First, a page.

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A Framework for the Analysis of Financial Reforms and the Cost of official Safety Nets

  • Peter Isard
  • Liliana Rojas-Suárez
  • Donald J. Mathieson

This paper builds a multiperiod, general equilibrium framework for analyzing the macroeconomic effects of financial reforms in developing countries and the costs of maintaining official safety nets under the financial system during such reforms. While a financial liberalization yields efficiency gains, adverse macroeconomic effects can arise if the creditworthiness of the nonfinancial sector is weak. In this situation, financial liberalization may also increase the authorities’ expected deposit insurance funding obligations even with strong prudential supervision. Moreover, given the distortions in a repressed financial system, an increase in the required bank capital-asset ratio may increase the funding obligations associated with deposit insurance, particularly when the debt-servicing capacity of nonfinancial firms is low.

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Paper provided by International Monetary Fund in its series IMF Working Papers with number 92/31.

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Length: 70
Date of creation: 01 May 1992
Date of revision:
Handle: RePEc:imf:imfwpa:92/31
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  1. John H. Boyd & Edward C. Prescott, 1985. "Financial intermediary-coalitions," Staff Report 87, Federal Reserve Bank of Minneapolis.
  2. Stiglitz, Joseph E & Weiss, Andrew, 1981. "Credit Rationing in Markets with Imperfect Information," American Economic Review, American Economic Association, vol. 71(3), pages 393-410, June.
  3. Peter Montiel, 1990. "The Transmission Mechanism for Monetary Policy in Developing Countries," IMF Working Papers 90/47, International Monetary Fund.
  4. Diaz-Alejandro, Carlos, 1985. "Good-bye financial repression, hello financial crash," Journal of Development Economics, Elsevier, vol. 19(1-2), pages 1-24.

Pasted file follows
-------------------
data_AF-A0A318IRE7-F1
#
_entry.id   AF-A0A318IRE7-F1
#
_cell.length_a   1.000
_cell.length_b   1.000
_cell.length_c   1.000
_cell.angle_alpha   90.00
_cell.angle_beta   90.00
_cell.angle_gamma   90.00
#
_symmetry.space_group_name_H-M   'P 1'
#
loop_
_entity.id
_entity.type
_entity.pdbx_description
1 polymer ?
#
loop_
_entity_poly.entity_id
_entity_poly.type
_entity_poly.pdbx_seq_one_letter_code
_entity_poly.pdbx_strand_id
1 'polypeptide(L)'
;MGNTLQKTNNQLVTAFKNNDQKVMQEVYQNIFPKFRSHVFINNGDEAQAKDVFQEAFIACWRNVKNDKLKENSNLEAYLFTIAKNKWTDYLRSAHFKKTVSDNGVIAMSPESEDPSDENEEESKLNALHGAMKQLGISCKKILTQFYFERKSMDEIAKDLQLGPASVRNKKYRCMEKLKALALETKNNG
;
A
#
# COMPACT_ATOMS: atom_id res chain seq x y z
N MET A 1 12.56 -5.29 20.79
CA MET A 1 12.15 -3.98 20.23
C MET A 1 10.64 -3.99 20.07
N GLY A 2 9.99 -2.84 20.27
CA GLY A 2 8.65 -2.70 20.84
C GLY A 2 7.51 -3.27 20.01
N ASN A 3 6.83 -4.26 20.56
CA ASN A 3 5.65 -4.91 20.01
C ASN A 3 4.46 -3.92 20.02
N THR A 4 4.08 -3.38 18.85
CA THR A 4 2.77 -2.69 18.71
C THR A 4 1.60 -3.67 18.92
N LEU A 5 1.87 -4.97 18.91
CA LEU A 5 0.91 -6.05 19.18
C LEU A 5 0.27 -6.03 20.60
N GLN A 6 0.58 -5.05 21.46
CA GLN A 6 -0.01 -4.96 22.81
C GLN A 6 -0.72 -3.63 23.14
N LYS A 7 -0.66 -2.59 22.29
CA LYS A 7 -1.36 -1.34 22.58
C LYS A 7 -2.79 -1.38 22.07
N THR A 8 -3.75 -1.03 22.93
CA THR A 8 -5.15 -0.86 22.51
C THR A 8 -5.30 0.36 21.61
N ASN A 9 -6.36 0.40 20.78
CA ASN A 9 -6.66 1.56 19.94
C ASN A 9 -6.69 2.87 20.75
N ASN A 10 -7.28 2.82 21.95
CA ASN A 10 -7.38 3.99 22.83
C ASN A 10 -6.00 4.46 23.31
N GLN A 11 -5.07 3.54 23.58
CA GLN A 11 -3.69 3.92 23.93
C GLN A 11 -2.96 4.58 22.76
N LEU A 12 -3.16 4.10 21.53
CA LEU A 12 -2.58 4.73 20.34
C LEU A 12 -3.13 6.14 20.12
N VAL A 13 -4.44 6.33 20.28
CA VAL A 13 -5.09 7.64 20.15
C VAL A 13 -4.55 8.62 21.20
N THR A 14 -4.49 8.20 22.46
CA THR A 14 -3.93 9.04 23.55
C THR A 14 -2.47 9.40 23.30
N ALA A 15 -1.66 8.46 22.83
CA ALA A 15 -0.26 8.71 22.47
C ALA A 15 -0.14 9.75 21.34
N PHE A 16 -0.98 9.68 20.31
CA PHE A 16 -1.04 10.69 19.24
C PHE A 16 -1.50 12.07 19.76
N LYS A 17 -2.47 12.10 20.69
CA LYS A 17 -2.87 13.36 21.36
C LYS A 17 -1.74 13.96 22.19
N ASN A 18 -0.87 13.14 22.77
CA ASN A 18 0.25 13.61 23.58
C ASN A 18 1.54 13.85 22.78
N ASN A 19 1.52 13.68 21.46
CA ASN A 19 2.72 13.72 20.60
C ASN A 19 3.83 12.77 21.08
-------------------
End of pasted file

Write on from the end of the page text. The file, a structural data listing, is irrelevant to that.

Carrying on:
5. Stephen D. Williamson, 1987. "Recent developments in modeling financial intermediation," Quarterly Review, Federal Reserve Bank of Minneapolis, issue Sum, pages 19-29.
  6. Joe Peek & Eric Rosengren, 1993. "The Capital Crunch: Neither A Borrower Nor A Lender Be," Boston College Working Papers in Economics 243, Boston College Department of Economics.
  7. Cho, Y-J. & Khatkhate, D., 1989. "Lessons Of Financial Liberalization In Asia - A Comparative Study," World Bank - Discussion Papers 50, World Bank.
  8. Robert Townsend, 1979. "Optimal contracts and competitive markets with costly state verification," Staff Report 45, Federal Reserve Bank of Minneapolis.
  9. Steven Riess Weisbrod & Liliana Rojas-Suárez, 1994. "Financial Market Fragilities in Latin America; From Banking Crisis Resolution to Current Policy Challenges," IMF Working Papers 94/117, International Monetary Fund.
  10. Herbert Baer & John McElravey, 1992. "Capital adequacy and the growth of U.S. banks," Working Paper Series, Issues in Financial Regulation 92-11, Federal Reserve Bank of Chicago.
  11. Frederick T. Furlong & Michael C. Keeley, 1987. "Bank capital regulation and asset risk," Economic Review, Federal Reserve Bank of San Francisco, issue Spr, pages 20-40.
  12. Caprio Jr, Gerard & Atiyas, Izak & Hanson, James, 1993. "Financial reform lessons and strategies," Policy Research Working Paper Series 1107, The World Bank.
  13. Diamond, Douglas W, 1984. "Financial Intermediation and Delegated Monitoring," Review of Economic Studies, Wiley Blackwell, vol. 51(3), pages 393-414, July.
  14. Williamson, Stephen D., 1986. "Costly monitoring, financial intermediation, and equilibrium credit rationing," Journal of Monetary Economics, Elsevier, vol. 18(2), pages 159-179, September.
  15. Ben S. Bernanke & Cara S. Lown, 1991. "The Credit Crunch," Brookings Papers on Economic Activity, Economic Studies Program, The Brookings Institution, vol. 22(2), pages 205-248.
  16. Gray, Jo Anna & Wu, Ying, 1995. "On equilibrium credit rationing and interest rates," Journal of Macroeconomics, Elsevier, vol. 17(3), pages 405-420.
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